The Internet poses a wide range of challenges for modern diplomacy, including how to protect national cybersecurity, how to govern the Internet on the global level, and how to keep up with the content policy dynamics. These and many other questions were discussed during a number of lectures in Malaysia, Singapore, Thailand, and Indonesia, delivered by Dr Jovan Kurbalija, DiploFoundation director and head of the Geneva Internet Platform, on 12-17 March 2015.
E-diplomacy: Between tradition and innovation
Kuala Lumpur, 12 March 2015
The lunch session on E-diplomacy: Tradition and Innovation was attended by 50 diplomats from Europe and Asia. The session was hosted by the Institute of Diplomacy and Foreign Relations of the Malaysian Ministry of Foreign Affairs.
Dr Kurbalija outlined the main areas of impact of the Internet on diplomacy, categorising them in an emerging environment for diplomatic activities (geo-politics, sovereignty), new topics on the diplomatic agenda (mainly Internet governance), and use of new tools for diplomatic activities (e-diplomacy).
The Internet: Challenges and opportunities for diplomacy
Singapore, 13 March 2015
Singapore was the second stop on this Asian tour, where a lunch-time talk was organised at the Lee Kuan Yew School of Public Policy.
With many representatives of Singapore’s vibrant business community present, the discussion focused on the economic aspects of Internet governance. Questions were raised about differences in privacy and data protection between Europe and Asia. While privacy is not as important in Asia as it is in Europe, the economic value of data is gaining importance. Very often, these two issues – privacy and data protection – are two sides of the same coin.
The plan is to start engaging Singapore’s digital policy community with Geneva through monthly Internet governance briefings. The form and approach for these briefings are being discussed with a few partners, including the Lee Kuan Yew School of Public Policy and swissnex Singapore.
The luncheon discussion was hosted at Chulalongkorn University’s Centre for European Studies and Faculty of Political Science, Bangkok, Thailand, on 16 March 2015.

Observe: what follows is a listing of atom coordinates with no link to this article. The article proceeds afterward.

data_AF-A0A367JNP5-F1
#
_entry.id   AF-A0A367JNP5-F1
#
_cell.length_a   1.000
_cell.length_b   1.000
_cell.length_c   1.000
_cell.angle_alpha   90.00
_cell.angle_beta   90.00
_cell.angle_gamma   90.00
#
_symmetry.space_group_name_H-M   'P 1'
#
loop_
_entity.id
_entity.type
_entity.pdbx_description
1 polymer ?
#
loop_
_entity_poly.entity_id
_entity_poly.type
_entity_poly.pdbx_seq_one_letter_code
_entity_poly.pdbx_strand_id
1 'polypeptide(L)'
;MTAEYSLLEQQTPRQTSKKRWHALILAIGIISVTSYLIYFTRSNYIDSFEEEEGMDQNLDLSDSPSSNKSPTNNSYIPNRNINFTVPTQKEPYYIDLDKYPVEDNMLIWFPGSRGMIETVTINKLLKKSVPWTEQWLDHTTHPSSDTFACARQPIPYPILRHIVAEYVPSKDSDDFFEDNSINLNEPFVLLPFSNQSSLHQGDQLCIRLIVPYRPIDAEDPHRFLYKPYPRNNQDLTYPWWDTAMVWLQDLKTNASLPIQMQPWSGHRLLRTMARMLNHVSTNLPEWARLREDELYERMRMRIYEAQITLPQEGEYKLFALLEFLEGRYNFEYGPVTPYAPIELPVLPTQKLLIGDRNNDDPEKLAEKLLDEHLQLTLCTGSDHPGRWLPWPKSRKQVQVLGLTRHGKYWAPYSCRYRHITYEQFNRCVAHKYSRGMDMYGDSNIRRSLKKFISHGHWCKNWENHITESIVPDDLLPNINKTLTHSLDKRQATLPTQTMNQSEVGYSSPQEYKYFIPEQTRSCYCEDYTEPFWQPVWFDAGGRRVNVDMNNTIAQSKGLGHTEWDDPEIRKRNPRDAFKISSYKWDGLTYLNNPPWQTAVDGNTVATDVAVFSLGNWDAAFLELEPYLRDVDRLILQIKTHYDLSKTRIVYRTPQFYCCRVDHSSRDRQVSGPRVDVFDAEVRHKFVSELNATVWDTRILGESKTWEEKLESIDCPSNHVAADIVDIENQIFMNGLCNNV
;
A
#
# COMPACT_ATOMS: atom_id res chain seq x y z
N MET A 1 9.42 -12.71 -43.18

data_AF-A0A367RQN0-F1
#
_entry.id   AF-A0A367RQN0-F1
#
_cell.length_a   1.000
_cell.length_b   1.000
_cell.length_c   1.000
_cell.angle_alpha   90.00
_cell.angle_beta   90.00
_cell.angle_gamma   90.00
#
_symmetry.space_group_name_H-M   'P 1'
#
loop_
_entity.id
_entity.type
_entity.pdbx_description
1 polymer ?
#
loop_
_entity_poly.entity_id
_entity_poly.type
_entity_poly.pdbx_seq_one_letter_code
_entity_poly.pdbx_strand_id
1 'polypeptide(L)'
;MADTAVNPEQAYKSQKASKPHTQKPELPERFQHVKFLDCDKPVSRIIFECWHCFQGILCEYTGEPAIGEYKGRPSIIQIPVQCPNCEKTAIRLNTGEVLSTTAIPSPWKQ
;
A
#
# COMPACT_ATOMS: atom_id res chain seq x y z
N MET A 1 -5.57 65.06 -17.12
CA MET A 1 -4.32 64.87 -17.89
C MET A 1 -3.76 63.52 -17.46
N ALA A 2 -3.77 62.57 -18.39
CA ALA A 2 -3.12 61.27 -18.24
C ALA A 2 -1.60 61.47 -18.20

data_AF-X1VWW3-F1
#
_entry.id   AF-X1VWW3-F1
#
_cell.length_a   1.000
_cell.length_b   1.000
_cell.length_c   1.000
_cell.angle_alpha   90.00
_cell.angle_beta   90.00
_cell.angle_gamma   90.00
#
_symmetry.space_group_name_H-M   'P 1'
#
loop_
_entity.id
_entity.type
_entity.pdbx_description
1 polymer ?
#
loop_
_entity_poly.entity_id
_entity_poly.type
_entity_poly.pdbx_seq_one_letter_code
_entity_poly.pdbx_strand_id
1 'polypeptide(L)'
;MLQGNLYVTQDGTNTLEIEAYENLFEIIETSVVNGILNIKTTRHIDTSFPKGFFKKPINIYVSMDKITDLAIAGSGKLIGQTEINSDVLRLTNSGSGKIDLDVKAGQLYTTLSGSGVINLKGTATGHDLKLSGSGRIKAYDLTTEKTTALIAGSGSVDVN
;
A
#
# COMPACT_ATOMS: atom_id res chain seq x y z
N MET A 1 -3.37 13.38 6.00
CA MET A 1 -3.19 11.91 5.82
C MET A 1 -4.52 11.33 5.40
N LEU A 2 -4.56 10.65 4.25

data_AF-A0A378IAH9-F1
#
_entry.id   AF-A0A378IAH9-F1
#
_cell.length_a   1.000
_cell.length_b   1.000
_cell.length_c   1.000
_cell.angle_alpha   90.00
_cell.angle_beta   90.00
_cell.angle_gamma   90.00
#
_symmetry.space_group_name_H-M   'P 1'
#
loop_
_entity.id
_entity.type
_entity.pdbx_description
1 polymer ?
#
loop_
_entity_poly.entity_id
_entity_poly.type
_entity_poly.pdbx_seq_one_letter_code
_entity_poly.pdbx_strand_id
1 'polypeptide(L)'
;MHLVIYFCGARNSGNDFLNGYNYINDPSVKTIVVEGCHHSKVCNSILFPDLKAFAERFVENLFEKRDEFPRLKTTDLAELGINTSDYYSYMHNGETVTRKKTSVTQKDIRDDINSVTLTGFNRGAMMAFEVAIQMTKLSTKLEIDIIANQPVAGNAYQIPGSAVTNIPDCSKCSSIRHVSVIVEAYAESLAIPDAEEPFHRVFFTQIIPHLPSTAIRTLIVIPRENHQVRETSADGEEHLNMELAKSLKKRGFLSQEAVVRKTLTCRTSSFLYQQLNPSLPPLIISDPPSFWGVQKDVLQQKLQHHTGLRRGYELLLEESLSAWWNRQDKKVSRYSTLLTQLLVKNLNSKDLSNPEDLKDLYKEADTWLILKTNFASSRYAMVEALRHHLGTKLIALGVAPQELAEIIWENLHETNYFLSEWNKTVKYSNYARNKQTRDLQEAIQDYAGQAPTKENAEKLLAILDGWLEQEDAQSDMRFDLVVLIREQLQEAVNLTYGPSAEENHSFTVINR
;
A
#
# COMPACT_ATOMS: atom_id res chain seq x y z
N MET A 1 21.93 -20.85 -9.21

After identifying the main challenges for Europe in the wake of the Paris attacks, discussion focused on the challenge of how to manage the delicate interplay between human rights, and the technological and security aspects of digital policy. This discussion resonated well with the current debate in Thailand, as was shown by the vivid debate involving more than 60 participants from academic, diplomacy, and policy circles.
Jakarta Digital Policy Day
Jakarta, 17 March 2015
The Jakarta Digital Policy Day included three events. The day began (9.00-10.30) with a lecture on Internet Diplomacy at the Center for Education and Training of the Indonesian Ministry of Foreign Affairs. Dr Kurbalija addressed more than 100 mid-career and junior diplomats on the question of the impact of the Internet on diplomacy.
At lunch time (11.30-13.30), leading business, civil society, and technical actors in Indonesia were hosted by the Minister of Communication and Information Technology who launched the second edition of Dr Kurbalija’s book An Introduction to Internet Governance translated into the Bahasa Indonesia. The session focused on strengthening Indonesia’s IG space, in particular through engagement.
The final event of the day (15.00-18.00) was organised by the Centre for Dialogue and Cooperation among Civilizations and focused on the social impact of the Internet. Social activists, Internet users, and religious figures discussed how Indonesian society can deal with the challenges of modern technology.